Emilio Carmona, PhD in molecular Biology, also says that insects “are a majority on the planet and 98% are beneficial”.



“They are essential in the food chain, pollinate plants, decompose organic matter, control pests, and many more. Simply, life as we know it today cannot exist without them”, he adds.



 



HABITAT CHANGE, POLLUTION, BIOLOGICAL FACTORS AND CLIMATE CHANGE



The authors of the research name four specific causes of the progressive extinction of insects on the planet.



“A large proportion of studies (49.7%) point to habitat change as the main driver of insect declines, a factor equally implicated in global bird and mammal declines”, they explained.



Habitat change has led to “increasing amounts of land being transformed to provide dwellings, facilitate transportation and enable tourism (urbanisation), grow food (agriculture) and manufacture goods (industrialisation) at the expense of various natural habitats”.



Pollution is the second major driver of insect declines”, because “the systematic, widespread and often superfluous use of pesticides in agricultural and pasture land over the past 60 years, has negatively impacted most organisms, from insects to birds”.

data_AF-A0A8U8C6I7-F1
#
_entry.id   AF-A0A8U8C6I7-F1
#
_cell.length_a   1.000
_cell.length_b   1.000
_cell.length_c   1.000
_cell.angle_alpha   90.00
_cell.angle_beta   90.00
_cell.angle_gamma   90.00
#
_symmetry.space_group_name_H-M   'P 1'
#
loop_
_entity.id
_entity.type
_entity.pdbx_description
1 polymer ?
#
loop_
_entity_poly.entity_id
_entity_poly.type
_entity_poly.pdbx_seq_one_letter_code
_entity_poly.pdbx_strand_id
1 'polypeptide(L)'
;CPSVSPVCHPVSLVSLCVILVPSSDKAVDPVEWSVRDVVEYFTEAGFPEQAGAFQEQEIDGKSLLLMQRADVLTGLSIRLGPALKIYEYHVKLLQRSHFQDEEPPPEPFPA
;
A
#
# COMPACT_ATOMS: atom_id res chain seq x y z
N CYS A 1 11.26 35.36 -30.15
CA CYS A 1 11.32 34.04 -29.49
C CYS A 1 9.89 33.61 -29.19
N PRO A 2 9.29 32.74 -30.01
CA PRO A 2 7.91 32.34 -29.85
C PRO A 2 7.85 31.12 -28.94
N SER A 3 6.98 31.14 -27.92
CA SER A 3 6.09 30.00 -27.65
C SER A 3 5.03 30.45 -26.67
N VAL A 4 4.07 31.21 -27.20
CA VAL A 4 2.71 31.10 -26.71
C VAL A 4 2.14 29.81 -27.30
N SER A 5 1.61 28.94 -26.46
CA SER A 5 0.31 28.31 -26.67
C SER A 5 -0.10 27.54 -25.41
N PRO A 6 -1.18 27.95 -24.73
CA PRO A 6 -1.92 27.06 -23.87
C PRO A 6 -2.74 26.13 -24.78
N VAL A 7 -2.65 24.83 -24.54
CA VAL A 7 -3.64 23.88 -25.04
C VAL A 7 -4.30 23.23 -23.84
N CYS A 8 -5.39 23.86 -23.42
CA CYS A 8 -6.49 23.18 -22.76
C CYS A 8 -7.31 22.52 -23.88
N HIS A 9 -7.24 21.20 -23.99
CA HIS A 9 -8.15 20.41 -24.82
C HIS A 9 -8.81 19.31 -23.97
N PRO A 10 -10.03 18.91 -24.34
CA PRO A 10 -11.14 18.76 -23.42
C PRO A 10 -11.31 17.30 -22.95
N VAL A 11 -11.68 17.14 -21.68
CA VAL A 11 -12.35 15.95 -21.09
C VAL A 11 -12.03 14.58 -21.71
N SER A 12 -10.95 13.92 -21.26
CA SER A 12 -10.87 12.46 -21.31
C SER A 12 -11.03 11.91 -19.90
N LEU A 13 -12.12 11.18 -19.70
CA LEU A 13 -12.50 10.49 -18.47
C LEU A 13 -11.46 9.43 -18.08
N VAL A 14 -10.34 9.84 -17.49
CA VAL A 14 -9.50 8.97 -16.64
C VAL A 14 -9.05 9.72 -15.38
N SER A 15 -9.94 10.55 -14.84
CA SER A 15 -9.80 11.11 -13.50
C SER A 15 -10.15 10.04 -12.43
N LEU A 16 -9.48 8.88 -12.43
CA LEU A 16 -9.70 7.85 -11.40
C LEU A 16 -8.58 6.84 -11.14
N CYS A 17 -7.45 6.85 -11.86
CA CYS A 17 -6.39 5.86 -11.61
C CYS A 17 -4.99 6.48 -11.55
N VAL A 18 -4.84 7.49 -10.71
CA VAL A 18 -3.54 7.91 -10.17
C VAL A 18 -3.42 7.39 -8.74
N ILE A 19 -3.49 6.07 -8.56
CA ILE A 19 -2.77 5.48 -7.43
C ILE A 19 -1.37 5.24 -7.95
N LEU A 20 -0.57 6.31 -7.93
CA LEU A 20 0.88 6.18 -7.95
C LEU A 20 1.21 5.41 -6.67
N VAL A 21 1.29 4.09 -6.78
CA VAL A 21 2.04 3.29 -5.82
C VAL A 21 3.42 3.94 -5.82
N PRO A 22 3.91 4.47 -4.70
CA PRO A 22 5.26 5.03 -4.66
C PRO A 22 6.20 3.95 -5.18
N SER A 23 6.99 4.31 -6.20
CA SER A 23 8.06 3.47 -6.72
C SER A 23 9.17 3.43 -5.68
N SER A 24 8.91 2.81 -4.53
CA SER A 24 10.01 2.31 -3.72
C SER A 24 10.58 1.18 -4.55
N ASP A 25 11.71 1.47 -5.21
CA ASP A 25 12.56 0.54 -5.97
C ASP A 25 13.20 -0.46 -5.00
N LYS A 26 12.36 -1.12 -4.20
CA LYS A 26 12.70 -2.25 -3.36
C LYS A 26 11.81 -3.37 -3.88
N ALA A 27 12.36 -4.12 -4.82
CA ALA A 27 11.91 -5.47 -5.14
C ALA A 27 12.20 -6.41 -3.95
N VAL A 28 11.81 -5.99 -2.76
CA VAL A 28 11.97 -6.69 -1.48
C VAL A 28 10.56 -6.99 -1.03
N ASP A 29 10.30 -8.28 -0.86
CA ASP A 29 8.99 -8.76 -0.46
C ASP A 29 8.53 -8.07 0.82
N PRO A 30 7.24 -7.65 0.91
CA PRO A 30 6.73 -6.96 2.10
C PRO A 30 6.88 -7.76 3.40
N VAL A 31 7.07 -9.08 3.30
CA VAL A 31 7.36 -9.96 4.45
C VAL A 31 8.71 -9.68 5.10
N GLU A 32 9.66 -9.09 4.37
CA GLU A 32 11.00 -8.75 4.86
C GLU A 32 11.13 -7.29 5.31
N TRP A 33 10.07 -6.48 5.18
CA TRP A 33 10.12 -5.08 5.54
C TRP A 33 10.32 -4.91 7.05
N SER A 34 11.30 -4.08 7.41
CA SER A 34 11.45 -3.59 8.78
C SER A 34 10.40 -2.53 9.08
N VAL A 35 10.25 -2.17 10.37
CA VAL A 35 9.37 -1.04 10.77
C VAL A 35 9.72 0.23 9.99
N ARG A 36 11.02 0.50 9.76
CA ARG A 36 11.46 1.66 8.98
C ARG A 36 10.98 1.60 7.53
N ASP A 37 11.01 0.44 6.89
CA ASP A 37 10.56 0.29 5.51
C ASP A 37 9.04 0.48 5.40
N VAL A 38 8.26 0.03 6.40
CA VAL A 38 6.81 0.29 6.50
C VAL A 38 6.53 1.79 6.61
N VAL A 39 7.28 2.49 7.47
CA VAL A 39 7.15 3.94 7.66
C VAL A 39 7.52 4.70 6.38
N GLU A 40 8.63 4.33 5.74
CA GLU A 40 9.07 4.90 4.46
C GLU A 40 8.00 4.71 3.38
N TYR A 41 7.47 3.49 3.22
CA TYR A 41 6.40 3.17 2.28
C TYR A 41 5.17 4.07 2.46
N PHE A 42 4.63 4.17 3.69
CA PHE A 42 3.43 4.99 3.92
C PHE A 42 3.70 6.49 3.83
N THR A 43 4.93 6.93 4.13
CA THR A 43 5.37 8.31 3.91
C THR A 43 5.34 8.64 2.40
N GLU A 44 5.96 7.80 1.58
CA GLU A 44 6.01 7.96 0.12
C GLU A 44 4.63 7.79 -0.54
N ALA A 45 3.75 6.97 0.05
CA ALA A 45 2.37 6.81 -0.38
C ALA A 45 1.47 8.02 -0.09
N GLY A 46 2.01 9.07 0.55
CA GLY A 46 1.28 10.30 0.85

The other two main reasons for the extinction of insects mentioned in the research are what the authors call ‘biological factors’, especially “the introduction of invasive species”, and climate change.



“The human being, with the pollution produced by many of his main activities, is the one who most often challenges this ecological balance and the biodiversity of the biosphere”, Cruz says.



 



Main factors associated with insect declines. / Science Direct.



 



THE HUMAN DAMAGE



Additionally, “the exaggerated exploitation of agriculture, in order to feed the human being, is negatively affecting the diversity of insects”.



“This is paradoxical, because precisely 70% of such harvests depend almost entirely on the pollination carried out by the insects. The reality is that we cannot live without insects but, despite this, we are eliminating them”, the biologist warns.



Carmona agrees with the causes given in the study, but he also points to the need to intensify efforts in the research of different species.